Teachers at Netagamiou School in the Lower North Shore community of Chevery were already integrating GOAL into their classrooms, whether they called it that or not. But how much more could be accomplished, they wondered, if they took stock of their individual efforts and fashioned them into a school-wide action plan?
Rebecca Nadeau-Monger is one of the teachers who took part in the two-day planning session last August that included the school’s entire 12-person staff. “The idea was to look at what everyone was doing on their own and see what we could share and maybe do better,” she explains. “We are such an isolated community and our students don’t see a lot of career diversity. We are looking for every way we can to help our students know themselves better so they can plan for the future and make choices that are right for them.”
The school called on GOAL coordinator and guidance counsellor, Charles Lasnier, and external consultant, Lise Palmer, to facilitate the planning process. First, staff identified basic GOAL activities they were already doing, such as helping students make connections between concepts studied in class and actual jobs. As a group, they realized that many other ongoing activities—graduation planning, peer tutoring in math, Meals-on-Wheels volunteering and drama performances for the community—could, with just a little self-, community-, and career-awareness tweaking, become part of a larger action plan.
Information treasure hunt
Then staff came up with their wish list: what else could they do to expose students to more careers, develop their entrepreneurial and life skills, and ultimately allow them to make a life for themselves in their own region? Teachers put their names beside activities they would be willing to lead, support or participate in.
Already, the school has put some of those new ideas into action. In a sort of “information treasure hunt,” each school house team was assigned a local business owner to visit and interview. The students had a checklist of questions and every team member (from pre-kindergarten to Secondary V) had a role. Each team then created a portrait of the business and its owner on a giant poster, which they presented to the rest of the school. The whole exercise was completed over two 50-minute class periods.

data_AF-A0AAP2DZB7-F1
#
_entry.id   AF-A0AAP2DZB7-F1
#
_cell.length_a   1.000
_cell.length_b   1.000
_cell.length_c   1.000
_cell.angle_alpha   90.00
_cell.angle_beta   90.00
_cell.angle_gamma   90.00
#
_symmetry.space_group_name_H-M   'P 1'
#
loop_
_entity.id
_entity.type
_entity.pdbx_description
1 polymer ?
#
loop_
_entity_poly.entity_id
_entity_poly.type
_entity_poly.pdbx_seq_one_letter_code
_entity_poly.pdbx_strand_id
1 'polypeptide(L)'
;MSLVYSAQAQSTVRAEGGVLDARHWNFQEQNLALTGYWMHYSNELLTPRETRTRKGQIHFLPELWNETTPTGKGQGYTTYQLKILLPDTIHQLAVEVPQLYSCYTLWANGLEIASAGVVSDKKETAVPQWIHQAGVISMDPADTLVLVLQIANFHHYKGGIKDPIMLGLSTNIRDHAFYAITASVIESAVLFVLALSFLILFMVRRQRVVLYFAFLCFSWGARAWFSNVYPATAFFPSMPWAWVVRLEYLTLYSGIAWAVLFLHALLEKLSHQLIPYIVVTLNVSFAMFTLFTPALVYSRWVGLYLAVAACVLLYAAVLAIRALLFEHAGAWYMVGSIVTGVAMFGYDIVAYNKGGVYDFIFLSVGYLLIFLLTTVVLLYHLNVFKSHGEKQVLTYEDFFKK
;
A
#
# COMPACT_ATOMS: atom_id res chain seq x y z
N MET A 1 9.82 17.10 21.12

Every month, teachers also take turns proposing the “job of the month” and it is up to the students to post information (salary, job description, interesting facts, etc.) about that career on a common bulletin board. Each house team gets points when one of its members adds to the pool of information.
Parents and community are on side
Netagamiou’s Community Learning Centre is doing its part to involve parents and community partners in the action plan. Coordinator Ana Osborne put together a “simple one-pager” to explain to parents what GOAL is and what they could do to help their children identify their academic and career aspirations. “We also used the school Web site and local media (community newspaper and radio) to get this on the parents’ radar,” she says.
In addition, she has asked community partners to give her a heads-up when professionals from different fields are visiting the area. Recently, she was able to arrange a presentation to the POP class by a team of dental hygienists who were visiting the school anyway to do check-ups with students.
In yet another example of community outreach, former students––back home on breaks from post-secondary studies elsewhere—are being invited to talk to current secondary students about what to expect when it’s their turn to leave home to live and study in the city.
Both Rebecca and Ana credit the action plan with crystallizing in everyone’s mind how different GOAL activities are leading to clearly stated desired results. “Now everyone realizes they have a role to play and we all need to make links between our teaching and careers, our kids’ personalities, likes, dislikes and choices,” says Rebecca. Adds Ana: “I’m amazed at the breadth and depth of the different things we are doing and how well integrated they have become into the life of the school and at home too.”